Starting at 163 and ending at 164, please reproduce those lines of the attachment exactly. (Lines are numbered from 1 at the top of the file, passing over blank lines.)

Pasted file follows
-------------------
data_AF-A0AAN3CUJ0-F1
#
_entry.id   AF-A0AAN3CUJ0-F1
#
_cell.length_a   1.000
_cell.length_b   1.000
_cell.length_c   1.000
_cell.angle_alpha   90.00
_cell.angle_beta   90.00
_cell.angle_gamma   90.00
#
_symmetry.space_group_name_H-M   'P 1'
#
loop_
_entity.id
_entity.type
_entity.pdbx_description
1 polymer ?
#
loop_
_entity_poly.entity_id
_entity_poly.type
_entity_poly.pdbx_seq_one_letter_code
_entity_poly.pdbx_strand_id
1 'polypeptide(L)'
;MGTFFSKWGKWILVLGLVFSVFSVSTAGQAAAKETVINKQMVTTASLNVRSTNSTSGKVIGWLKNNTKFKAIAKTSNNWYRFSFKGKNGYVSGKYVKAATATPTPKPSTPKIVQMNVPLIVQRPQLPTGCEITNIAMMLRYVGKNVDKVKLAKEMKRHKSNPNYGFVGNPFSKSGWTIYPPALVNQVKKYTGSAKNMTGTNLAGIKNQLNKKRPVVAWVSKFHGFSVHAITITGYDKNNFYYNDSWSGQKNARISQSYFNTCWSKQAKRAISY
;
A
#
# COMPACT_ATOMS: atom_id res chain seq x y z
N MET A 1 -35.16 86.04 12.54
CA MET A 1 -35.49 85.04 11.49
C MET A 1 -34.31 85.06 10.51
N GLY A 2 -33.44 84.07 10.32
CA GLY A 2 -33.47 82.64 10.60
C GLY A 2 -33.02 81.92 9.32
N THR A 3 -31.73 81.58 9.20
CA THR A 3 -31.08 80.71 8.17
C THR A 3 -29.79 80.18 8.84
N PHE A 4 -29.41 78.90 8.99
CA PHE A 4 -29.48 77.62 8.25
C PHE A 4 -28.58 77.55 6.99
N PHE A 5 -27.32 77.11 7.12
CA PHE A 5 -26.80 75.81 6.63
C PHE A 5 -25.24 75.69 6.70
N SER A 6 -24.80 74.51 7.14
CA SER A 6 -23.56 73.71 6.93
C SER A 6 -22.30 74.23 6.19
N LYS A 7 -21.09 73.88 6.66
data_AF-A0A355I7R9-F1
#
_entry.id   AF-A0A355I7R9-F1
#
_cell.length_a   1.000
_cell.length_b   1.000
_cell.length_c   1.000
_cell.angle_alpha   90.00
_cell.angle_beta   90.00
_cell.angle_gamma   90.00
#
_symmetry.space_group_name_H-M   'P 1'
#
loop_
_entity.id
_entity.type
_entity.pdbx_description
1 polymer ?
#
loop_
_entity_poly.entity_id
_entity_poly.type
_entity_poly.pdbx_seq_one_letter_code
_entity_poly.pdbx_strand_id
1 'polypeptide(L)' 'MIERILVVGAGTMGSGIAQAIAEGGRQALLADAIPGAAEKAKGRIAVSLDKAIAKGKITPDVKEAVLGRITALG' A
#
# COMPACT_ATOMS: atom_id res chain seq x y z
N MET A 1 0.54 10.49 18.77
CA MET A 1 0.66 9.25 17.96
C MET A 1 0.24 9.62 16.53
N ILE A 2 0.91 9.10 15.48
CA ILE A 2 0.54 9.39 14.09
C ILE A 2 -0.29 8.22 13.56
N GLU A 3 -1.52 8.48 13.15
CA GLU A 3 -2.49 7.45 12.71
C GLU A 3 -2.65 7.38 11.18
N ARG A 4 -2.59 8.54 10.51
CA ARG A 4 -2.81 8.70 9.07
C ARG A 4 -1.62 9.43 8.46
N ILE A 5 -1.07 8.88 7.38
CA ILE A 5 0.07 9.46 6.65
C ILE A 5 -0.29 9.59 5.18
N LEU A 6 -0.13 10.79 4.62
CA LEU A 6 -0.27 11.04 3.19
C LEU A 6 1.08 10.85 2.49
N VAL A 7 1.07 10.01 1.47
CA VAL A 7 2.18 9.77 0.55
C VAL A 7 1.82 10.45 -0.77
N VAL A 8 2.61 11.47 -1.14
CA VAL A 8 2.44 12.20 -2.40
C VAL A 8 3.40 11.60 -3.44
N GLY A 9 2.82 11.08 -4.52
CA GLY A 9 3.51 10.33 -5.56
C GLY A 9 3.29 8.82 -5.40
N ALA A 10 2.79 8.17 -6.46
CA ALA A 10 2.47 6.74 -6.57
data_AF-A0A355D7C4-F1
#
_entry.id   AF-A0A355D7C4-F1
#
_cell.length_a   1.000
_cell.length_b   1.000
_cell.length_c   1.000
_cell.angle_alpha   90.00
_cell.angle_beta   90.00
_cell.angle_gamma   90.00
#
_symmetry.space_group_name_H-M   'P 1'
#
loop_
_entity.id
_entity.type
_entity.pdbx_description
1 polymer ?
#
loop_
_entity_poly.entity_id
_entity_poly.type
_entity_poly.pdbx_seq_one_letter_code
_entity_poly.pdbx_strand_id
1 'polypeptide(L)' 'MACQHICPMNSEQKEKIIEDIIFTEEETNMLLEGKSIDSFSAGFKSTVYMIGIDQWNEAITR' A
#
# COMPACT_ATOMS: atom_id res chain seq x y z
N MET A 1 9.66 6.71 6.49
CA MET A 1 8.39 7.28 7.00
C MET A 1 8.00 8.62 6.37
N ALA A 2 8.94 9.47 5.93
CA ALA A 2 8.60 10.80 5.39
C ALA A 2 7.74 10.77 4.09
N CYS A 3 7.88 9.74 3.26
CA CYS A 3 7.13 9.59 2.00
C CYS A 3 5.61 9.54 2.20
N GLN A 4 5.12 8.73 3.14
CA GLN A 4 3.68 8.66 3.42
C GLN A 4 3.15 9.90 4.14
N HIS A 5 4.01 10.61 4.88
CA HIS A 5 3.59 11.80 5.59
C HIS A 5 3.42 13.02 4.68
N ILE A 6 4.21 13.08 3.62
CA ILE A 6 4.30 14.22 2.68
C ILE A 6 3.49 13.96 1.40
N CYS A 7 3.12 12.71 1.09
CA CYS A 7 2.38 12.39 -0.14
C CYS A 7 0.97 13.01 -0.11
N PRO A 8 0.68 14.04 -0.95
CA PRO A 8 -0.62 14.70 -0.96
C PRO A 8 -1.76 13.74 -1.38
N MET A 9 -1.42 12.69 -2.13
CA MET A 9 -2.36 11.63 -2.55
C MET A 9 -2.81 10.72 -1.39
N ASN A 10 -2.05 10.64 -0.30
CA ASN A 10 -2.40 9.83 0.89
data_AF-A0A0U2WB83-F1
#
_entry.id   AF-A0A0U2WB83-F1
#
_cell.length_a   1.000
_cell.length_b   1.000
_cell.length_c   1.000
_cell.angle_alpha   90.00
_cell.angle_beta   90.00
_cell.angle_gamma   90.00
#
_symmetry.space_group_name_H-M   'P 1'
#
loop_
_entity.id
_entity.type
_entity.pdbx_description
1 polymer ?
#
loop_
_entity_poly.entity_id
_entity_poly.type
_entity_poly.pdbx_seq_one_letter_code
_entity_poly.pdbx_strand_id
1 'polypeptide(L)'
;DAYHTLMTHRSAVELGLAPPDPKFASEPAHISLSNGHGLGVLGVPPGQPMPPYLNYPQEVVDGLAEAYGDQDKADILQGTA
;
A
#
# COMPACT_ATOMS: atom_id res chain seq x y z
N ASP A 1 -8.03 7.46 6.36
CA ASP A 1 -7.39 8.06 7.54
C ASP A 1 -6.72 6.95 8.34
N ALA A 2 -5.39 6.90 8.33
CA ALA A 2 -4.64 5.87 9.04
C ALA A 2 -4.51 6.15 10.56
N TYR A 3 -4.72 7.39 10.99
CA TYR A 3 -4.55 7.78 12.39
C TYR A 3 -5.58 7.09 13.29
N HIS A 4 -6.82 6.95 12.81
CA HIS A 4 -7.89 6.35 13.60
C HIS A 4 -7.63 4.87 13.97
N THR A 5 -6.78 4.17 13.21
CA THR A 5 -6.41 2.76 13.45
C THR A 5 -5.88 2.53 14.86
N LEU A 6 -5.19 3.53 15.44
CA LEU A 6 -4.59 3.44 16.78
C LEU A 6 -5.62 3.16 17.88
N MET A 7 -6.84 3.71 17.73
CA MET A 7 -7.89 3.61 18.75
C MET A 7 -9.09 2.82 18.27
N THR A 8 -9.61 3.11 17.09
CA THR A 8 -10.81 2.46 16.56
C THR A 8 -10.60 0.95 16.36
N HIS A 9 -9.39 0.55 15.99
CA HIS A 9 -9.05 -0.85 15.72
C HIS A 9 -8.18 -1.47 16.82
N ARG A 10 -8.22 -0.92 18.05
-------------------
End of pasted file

#
_entry.id   AF-A0A0U2WB83-F1